In this era of single-sport stadiums, it’s becoming rare to see the shadows of a baseball diamond on a football field. Or vice-versa.
But that’s exactly what the Marlins and A’s go through every time summer turns to fall and it causes stress for at least one infield coach.
The Marlins’ Joe Espada told Joe Capozzi of the Palm Beach Post on Saturday that the shape of the field at Sun Life Stadium in Miami is “a concern” and that he worries about it every time the NFL’s Dolphins play a game during the baseball season.
“If there’s a tackle right over the shortstop area. They beat that place up,” said Espada. “I want to make sure when we get there the surface is playable and guys
aren’t getting bad hops and the track is good. After the last time, the
field was in decent shape.
I’m very aware of it. It’s a concern.”
That’s exactly how we feel here at Hardball Talk when PFT’s Mike Florio stops by and drops some knowledge. Well, not really. But that joke had to be made out of pure convenience.
The Marlins and Espada won’t have to worry about sharing a stomping grounds with a football team for much longer. In 2012, the Fish will move into a baseball-only downtown stadium and the Dolphins will take over Sun Life for good.
The Rangers outrighted reliever Shawn Tolleson off the 40-man roster on Wednesday. Rather than accept the assignment to Triple-A Round Rock, Tolleson has opted to become a free agent, Rangers executive VP of communications John Blake reports.
Tolleson, 28, emerged as a closer for the Rangers in 2015, but his follow-up campaign this year was dreadful. He finished with a 7.68 ERA and a 29/10 K/BB ratio in 36 1/3 innings. He eventually went on the 60-day disabled list with a back injury.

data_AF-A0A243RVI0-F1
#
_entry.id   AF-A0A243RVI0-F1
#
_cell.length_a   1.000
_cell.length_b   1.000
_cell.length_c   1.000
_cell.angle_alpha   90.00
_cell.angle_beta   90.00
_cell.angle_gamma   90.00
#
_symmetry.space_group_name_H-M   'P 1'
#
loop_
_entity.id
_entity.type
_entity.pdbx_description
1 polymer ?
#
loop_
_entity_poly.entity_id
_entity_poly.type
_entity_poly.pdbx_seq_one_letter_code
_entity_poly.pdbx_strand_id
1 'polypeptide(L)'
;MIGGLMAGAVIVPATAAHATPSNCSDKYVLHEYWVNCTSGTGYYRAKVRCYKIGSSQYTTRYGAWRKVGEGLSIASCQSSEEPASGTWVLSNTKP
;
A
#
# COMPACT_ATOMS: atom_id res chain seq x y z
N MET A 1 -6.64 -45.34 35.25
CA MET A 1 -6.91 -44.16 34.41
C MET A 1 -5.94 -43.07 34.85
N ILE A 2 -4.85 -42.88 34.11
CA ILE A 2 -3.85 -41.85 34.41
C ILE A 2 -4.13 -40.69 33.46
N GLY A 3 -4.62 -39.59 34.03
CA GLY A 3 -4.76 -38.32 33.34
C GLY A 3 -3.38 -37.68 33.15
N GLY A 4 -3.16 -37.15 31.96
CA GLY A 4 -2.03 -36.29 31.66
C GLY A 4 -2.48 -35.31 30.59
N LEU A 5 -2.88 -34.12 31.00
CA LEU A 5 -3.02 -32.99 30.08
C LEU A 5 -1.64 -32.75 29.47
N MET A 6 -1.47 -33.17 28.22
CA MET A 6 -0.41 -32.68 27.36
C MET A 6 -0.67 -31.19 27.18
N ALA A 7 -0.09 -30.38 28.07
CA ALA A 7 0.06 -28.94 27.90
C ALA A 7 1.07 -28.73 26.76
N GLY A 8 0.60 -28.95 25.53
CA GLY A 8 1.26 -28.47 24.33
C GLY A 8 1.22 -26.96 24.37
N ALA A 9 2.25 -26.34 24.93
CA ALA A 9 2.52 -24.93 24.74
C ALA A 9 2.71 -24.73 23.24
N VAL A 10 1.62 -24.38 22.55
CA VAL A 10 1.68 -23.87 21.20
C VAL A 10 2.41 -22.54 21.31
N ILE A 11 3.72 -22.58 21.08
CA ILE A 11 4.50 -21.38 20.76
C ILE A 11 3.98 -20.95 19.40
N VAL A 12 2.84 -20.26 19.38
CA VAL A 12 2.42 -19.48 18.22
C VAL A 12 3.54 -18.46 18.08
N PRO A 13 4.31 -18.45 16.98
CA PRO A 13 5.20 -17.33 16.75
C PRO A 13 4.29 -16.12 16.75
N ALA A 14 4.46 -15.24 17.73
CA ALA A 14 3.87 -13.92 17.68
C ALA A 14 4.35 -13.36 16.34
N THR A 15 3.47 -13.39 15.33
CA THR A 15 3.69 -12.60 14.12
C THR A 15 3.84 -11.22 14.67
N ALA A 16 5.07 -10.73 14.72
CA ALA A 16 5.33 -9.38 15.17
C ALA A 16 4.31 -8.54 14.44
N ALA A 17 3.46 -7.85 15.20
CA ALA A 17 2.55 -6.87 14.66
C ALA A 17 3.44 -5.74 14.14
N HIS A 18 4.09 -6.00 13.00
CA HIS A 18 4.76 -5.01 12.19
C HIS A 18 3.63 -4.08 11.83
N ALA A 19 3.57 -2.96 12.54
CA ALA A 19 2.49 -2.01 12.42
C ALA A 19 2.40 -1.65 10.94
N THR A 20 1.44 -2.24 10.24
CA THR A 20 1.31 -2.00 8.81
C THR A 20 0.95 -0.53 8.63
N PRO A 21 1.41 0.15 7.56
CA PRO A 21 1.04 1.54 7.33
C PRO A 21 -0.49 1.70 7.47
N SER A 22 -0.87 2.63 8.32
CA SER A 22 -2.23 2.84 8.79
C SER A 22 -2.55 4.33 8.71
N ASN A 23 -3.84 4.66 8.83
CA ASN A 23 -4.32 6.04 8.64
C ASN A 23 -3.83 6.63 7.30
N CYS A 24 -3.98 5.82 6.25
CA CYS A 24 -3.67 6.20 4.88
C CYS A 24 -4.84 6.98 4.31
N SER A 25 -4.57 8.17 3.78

Despite the nightmarish season, it’s easy to see a team deciding to take a flier on Tolleson for the 2017 season.
Indians slugger Carlos Santana hasn’t played in the outfield in a major league game since 2012, but the Indians are strongly considering starting him in left field for Game 3 of the World Series at Wrigley Field on Friday, MLB.com’s Jordan Bastian reports. As the game is hosted in a National League park, there is no DH rule in effect, so the Indians might otherwise have to keep Santana on the bench.
Santana is hitless in six at-bats in the World Series thus far, but he has drawn two walks. He has overall not had a great postseason, carrying an aggregate .564 OPS in 40 plate appearances since the beginning of the playoffs. Still, during the regular season, he had an .865 OPS so he can certainly be a threat on offense at any given moment.